mon 22/07/2024

Arvo Pärt Total Immersion, Barbican | reviews, news & interviews

Arvo Pärt Total Immersion, Barbican

Arvo Pärt Total Immersion, Barbican

The BBC Symphony Orchestra's day-long Pärt fest yields many riches

The most beautiful sound next to silence: the music of Arvo Pärt

How incredibly heartening that this latest edition of the BBC Symphony Orchestra's Total Immersion, focusing on the music of the contemporary Estonian composer, Arvo Pärt, sold out days in advance.

Including an introduction to Pärt's music by the BBC Radio 3 presenter Sara Mohr-Pietsch, Dorian Supin's documentary film about the composer, 24 Preludes for a Fugue, a freestage event by the BBC SO Family Orchestra performing a new work inspired by Pärt's music, and three concerts, Saturday's day-long exploration provided an embarrassment of riches.

The BBC Radio 3 producer who introduced the second of the day's three concerts (featuring the BBC Singers) made an especially astute observation about Pärt's music: “Simple on the page, but taxing to sing”. Unveiled in 1976 following his intensive study of early music, the basic unit of Pärt's 'tintinnabuli' style (tintinnabulum literally means 'small bell') consists of a stepwise melodic line accompanied by a triadic harmony. Scales and arpeggios - it sounds like child's play. But no. The fact that the music is so exposed, coupled with the constant sounding of the triad, means that the tiniest infidelity of pitch is disproportionately deleterious to the overall effect. Pärt's music really is unforgiving in that respect. The clear sounding, or ringing, of both the melodic and triadic voice (and the balance between them) is similarly key.

Performed by the Guildhall Consort and musicians from the Guildhall School of Music and Drama, it was fitting that the first music we heard in the opening afternoon concert was Pärt's Magnificat, one of the composer's most beloved choral works. Heard in the generous acoustic of St Giles' Cripplegate, whose famous parishioners have included William Shakespeare, Edward Alleyn and John Bunyan, this was beautifully balanced, with the choir - conducted by Eamonn Dougan – achieving a genuine pianissimo at the magical return to the hymn's opening line.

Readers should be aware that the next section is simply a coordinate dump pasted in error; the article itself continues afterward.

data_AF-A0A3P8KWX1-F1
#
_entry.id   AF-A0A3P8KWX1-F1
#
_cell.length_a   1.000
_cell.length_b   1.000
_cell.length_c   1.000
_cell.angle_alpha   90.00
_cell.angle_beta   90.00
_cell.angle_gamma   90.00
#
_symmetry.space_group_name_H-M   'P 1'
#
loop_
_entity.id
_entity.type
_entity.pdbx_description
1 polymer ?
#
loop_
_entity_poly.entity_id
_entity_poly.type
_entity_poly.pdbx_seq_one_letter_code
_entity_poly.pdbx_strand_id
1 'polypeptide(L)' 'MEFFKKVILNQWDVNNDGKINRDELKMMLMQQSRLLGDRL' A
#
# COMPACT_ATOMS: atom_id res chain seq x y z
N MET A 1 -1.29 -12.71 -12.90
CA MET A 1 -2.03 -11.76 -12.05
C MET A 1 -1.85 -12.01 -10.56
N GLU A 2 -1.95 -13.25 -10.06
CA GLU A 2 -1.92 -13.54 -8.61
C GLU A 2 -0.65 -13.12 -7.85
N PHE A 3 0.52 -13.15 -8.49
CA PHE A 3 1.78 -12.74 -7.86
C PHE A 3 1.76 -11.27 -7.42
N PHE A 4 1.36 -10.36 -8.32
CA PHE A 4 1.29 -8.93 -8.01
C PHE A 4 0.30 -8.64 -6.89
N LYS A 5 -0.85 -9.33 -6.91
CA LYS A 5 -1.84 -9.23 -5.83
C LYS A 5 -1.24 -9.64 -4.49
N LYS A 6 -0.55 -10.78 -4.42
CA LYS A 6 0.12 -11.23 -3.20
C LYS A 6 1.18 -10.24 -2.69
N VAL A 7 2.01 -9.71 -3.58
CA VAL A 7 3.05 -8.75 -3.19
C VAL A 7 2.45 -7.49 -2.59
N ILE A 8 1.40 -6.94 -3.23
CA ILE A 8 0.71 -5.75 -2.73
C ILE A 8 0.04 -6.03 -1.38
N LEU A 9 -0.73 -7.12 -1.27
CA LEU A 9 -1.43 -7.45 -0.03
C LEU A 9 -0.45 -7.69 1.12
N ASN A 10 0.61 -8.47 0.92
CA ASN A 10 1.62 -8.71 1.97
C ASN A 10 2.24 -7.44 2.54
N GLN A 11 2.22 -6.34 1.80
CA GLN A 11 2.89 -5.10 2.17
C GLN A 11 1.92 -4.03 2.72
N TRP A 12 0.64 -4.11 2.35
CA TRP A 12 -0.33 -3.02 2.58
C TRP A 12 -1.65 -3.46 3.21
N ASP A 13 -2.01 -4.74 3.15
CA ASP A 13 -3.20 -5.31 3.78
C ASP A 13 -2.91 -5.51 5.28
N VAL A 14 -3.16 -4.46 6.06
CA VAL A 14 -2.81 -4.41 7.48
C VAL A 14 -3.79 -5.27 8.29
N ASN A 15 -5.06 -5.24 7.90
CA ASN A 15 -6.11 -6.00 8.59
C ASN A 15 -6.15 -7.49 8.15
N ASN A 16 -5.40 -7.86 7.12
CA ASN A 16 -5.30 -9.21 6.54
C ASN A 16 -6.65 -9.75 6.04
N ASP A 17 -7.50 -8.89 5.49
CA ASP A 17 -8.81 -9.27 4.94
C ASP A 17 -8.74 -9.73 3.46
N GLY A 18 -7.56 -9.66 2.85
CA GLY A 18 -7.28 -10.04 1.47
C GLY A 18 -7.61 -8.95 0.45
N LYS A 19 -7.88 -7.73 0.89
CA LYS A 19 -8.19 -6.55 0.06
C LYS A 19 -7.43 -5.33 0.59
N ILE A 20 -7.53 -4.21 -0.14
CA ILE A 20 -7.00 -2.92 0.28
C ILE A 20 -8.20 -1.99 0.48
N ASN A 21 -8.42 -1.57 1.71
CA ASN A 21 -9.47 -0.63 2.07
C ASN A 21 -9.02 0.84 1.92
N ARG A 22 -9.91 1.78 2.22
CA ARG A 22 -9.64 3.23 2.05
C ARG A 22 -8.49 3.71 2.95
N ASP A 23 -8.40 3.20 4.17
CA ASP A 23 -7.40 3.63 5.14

If the choir's technical command, flawless pitch and crystal clear articulation was impressive, it was their sensitivity to the text that took the breath away

Two brief instrumental pieces highlighted the inherent difficulties of playing Pärt's music. In Erdem Misirlioğlu's performance of the solo piano miniature Für Alina, the strict note-against-note counterpoint was broken when the triadic pitch at the end of one of the phrases failed to ring properly. Joined by violinist Pablo Hernan, Spiegel im Spiegel was taken just a shade too fast. The sense was less one of the numinous, more of someone having a train to catch. The soprano Jenavieve Moore was outstanding in the chamber work Stabat mater, sustaining her long notes with remarkably sure intonation and control. In keeping with its air of lamentation, the work's many silences were filled with the sound of rain beating down on the church's roof (the rain was incessant).